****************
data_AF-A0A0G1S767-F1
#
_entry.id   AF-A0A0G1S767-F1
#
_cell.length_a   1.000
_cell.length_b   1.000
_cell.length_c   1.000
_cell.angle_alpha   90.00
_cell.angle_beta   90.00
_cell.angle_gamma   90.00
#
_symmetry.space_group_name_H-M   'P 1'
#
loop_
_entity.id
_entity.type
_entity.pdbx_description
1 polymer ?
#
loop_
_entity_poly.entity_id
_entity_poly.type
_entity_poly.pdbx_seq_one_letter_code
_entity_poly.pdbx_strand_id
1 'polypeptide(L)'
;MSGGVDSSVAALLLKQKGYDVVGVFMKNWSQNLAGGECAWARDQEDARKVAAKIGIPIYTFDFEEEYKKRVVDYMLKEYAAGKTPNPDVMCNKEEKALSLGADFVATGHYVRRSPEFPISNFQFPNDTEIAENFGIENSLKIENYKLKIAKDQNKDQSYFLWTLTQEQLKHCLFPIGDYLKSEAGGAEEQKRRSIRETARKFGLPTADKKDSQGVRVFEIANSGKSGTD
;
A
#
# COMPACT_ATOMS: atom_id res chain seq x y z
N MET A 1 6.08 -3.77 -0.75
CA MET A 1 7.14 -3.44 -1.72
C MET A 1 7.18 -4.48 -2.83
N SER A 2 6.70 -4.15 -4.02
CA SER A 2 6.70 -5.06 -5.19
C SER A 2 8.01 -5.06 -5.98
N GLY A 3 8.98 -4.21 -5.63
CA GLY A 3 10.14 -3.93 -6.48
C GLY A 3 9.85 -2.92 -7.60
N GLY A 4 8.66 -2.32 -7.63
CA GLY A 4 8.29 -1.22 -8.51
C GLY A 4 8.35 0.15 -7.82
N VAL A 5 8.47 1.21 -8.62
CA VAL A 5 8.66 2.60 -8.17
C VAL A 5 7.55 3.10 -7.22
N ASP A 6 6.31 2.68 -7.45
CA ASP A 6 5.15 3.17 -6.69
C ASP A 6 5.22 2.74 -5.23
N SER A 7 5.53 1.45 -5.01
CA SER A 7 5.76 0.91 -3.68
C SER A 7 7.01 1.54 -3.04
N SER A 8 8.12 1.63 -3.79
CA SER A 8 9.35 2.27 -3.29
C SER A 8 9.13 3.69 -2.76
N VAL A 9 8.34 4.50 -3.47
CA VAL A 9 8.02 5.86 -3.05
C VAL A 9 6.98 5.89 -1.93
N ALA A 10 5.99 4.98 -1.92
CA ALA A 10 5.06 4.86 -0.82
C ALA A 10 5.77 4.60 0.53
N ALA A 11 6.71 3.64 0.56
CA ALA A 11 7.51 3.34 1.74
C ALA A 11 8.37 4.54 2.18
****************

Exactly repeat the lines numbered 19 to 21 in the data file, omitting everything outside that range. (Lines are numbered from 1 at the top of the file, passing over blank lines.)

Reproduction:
#
loop_
_entity_poly.entity_id